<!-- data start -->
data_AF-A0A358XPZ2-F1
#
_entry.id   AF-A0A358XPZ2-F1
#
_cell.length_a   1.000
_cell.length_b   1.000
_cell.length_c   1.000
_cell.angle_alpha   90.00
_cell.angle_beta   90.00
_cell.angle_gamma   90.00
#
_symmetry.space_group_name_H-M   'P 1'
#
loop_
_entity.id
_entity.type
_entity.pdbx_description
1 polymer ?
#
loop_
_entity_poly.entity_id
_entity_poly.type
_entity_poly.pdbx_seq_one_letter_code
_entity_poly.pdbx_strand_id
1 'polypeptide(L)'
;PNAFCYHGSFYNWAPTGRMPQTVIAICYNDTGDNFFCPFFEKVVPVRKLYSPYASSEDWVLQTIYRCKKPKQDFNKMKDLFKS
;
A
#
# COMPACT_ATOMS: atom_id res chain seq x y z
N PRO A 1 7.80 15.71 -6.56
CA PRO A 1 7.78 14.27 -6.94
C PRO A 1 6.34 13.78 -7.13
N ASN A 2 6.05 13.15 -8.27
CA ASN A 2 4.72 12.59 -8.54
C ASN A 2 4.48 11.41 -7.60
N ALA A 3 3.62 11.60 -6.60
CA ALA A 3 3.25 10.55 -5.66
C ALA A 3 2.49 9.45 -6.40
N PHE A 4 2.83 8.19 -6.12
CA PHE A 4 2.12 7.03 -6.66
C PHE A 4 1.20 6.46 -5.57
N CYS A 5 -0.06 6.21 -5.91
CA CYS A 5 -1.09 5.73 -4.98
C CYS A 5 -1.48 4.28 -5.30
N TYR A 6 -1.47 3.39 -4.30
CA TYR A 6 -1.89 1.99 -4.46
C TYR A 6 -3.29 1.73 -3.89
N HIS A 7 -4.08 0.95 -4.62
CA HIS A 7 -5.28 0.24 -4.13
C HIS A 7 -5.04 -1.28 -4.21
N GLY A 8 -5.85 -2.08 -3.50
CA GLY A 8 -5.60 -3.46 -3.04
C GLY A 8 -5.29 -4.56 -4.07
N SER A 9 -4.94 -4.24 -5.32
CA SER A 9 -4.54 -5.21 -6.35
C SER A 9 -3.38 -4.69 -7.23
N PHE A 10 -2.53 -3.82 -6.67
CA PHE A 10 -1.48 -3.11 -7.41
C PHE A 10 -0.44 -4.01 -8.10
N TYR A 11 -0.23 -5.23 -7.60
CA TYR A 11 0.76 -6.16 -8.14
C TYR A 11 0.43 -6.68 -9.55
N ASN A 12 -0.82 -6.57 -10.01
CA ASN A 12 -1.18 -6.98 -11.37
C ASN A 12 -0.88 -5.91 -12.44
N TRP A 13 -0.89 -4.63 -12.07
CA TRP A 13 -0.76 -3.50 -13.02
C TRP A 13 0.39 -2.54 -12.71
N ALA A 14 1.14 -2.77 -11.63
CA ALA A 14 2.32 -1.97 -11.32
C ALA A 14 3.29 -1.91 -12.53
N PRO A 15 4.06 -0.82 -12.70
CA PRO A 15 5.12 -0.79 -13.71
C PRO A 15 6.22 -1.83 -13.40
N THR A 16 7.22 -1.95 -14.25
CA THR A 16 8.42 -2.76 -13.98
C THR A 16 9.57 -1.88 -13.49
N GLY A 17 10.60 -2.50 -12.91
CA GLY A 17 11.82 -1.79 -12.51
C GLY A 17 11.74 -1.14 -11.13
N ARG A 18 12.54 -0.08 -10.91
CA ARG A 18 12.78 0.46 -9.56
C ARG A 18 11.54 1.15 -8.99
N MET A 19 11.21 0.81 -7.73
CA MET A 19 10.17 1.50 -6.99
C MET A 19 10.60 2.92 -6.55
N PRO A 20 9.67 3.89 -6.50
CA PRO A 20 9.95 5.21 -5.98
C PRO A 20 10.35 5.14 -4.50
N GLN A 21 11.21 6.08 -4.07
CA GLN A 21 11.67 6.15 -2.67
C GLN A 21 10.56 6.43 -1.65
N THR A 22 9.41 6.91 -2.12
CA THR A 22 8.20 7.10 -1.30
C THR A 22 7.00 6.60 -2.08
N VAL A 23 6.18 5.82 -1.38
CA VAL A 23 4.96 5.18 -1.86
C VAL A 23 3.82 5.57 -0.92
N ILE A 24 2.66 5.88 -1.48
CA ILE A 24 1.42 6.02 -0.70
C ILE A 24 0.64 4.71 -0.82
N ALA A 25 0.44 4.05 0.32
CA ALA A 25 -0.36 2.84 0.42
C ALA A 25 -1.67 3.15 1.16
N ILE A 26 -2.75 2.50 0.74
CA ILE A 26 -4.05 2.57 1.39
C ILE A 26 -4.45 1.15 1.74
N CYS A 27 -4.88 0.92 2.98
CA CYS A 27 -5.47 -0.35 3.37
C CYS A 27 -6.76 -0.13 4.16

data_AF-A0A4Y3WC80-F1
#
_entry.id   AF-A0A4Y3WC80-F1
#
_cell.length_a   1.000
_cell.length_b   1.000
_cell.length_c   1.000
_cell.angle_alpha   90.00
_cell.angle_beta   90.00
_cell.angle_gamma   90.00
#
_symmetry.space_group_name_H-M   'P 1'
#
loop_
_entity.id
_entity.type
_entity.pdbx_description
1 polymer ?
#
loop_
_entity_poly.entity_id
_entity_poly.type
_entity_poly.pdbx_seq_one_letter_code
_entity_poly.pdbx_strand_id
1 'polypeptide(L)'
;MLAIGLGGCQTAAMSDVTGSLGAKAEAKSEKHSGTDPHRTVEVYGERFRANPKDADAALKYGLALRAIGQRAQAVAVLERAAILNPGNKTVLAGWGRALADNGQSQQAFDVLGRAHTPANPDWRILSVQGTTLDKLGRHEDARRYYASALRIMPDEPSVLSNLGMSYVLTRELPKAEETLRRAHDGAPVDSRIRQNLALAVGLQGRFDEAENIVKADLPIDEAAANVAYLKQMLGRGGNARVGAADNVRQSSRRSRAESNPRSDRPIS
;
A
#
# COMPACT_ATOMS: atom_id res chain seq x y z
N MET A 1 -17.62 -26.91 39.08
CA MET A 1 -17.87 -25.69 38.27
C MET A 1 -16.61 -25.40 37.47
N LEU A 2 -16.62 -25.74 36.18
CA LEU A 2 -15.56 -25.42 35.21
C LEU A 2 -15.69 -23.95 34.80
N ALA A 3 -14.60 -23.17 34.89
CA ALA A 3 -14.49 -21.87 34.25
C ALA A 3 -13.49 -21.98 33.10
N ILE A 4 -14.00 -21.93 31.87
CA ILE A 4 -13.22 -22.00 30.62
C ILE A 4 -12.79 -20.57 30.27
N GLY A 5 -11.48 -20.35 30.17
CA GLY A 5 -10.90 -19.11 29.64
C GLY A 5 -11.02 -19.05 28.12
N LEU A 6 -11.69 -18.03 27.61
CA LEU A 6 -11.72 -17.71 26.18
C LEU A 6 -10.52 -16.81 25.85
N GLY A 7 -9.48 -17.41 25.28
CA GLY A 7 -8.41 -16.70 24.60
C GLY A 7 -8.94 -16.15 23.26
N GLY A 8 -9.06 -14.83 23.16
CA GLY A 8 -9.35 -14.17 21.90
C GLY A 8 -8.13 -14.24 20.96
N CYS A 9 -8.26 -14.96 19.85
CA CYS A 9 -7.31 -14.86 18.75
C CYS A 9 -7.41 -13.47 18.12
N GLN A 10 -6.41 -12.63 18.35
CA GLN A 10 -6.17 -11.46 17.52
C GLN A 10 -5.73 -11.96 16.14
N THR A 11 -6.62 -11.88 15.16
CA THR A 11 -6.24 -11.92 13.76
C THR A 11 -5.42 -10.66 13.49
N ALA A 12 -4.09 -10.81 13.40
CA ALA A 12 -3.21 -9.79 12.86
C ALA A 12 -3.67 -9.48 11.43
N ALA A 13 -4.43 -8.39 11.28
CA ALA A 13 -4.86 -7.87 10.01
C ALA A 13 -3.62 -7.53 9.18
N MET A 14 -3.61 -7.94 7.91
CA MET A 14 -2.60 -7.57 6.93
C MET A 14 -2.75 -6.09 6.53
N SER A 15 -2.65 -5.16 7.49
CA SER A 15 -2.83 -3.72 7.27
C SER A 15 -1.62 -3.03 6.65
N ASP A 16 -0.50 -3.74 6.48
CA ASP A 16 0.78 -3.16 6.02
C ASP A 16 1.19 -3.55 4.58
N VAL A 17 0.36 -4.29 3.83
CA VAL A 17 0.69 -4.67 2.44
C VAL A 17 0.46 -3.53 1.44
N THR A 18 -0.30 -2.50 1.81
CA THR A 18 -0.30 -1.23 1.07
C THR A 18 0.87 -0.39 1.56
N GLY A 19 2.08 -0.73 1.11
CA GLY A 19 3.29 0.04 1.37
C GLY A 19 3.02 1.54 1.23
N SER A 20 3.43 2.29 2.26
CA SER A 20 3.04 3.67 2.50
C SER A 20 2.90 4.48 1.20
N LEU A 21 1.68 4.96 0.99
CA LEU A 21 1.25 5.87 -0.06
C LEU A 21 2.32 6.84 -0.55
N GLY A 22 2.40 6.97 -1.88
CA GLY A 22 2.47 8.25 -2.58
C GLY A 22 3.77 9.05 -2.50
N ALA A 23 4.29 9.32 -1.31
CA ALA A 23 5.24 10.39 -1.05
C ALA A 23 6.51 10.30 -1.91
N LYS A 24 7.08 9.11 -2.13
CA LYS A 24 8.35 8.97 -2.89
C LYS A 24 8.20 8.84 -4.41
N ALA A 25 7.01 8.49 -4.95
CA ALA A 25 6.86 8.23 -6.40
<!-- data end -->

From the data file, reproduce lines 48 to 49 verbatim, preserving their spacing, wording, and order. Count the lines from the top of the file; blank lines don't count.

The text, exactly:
C TYR A 6 -3.29 1.73 -3.89
N HIS A 7 -4.08 0.95 -4.62